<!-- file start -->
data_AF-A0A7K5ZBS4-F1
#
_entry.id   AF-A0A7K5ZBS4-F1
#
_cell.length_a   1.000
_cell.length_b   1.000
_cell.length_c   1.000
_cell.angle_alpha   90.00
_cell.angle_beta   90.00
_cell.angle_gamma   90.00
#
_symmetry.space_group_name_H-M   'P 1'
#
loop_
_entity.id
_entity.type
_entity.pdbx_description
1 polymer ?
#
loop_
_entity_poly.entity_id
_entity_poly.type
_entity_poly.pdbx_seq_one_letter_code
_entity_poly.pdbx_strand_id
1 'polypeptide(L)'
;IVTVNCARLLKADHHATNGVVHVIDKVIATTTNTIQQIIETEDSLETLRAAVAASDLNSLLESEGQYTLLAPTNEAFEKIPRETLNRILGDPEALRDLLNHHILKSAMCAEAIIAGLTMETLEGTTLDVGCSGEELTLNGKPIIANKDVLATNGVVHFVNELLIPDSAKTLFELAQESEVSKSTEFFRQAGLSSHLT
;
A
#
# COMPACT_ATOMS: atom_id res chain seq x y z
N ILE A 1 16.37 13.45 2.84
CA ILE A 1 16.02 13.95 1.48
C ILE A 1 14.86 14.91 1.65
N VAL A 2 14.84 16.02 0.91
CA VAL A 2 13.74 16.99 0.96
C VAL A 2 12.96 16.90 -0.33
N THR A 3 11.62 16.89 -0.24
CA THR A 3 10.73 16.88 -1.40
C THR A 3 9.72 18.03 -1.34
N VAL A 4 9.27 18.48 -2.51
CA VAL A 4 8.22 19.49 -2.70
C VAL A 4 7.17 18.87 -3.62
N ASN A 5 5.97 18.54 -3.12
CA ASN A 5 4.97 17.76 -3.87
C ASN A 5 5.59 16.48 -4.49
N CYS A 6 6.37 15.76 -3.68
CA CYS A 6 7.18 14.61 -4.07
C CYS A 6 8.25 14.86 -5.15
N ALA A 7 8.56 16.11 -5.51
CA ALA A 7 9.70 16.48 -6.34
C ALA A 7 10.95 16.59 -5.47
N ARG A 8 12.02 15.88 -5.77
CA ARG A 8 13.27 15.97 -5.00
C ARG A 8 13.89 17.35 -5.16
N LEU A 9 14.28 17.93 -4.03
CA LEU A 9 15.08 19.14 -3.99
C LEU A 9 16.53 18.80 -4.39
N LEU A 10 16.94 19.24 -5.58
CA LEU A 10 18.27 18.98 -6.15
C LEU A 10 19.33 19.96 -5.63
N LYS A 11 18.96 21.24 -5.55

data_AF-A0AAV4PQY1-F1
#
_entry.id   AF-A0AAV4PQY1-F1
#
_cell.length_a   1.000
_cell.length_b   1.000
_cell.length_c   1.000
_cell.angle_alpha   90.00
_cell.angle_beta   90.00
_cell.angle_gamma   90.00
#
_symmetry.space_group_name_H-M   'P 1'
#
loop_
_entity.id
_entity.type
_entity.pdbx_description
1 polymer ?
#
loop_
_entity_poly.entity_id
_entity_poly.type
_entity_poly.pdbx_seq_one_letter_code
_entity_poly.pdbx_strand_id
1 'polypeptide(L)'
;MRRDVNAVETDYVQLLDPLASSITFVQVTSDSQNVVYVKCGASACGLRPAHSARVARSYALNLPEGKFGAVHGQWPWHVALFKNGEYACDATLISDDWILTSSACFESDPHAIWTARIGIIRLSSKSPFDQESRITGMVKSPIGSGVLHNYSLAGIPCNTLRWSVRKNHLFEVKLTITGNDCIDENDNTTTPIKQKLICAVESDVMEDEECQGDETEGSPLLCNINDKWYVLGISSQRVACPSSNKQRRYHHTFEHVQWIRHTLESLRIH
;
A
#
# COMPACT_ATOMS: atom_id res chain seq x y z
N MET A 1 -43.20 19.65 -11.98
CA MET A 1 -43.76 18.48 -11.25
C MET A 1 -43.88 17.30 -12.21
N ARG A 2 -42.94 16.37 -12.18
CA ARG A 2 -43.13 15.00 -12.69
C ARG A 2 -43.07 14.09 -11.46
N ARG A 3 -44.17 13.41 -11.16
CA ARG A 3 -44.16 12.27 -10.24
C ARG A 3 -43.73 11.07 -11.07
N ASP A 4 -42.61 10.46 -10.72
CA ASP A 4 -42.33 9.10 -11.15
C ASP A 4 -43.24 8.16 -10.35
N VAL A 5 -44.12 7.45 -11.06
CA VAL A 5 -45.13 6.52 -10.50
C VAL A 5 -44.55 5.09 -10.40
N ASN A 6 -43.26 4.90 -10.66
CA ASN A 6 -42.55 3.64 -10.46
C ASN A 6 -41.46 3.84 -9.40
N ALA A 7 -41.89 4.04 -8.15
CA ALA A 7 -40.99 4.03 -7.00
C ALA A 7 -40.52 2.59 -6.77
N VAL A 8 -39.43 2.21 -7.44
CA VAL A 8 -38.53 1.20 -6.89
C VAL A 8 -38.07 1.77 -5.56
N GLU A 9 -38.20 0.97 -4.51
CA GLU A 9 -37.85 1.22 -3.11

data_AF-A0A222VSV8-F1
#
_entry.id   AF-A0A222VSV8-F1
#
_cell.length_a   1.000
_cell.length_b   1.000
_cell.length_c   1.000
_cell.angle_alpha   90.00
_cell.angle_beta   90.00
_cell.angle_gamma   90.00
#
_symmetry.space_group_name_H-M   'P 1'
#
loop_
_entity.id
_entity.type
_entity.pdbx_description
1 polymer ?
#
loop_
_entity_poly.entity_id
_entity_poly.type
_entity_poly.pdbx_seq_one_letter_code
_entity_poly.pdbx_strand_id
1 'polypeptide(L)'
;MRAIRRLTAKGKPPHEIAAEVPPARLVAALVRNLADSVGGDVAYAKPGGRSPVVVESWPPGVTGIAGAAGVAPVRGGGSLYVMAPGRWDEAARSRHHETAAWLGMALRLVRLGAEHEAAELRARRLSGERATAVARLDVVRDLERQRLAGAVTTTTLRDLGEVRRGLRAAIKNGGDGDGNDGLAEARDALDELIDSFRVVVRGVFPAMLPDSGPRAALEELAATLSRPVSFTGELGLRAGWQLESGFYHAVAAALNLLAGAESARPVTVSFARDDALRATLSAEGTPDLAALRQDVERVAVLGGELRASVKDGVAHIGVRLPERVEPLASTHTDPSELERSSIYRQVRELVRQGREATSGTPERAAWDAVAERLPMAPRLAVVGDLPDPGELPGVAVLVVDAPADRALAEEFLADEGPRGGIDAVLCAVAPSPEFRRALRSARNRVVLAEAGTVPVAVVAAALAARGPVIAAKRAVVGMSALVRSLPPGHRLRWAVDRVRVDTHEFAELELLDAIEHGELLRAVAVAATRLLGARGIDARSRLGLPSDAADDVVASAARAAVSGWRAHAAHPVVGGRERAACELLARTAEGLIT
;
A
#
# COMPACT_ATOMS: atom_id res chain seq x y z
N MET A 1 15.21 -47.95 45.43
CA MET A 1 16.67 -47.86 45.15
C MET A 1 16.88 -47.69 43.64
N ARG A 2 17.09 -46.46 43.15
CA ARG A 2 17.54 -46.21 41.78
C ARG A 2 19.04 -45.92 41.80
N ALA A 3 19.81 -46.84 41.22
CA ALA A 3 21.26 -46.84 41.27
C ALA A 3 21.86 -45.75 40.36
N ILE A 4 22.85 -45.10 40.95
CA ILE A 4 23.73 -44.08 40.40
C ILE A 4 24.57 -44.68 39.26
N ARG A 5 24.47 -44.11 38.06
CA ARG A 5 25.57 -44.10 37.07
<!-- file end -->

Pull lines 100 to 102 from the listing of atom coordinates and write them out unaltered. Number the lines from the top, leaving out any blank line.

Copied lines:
C ARG A 3 -43.73 11.07 -11.07
N ASP A 4 -42.61 10.46 -10.72
CA ASP A 4 -42.33 9.10 -11.15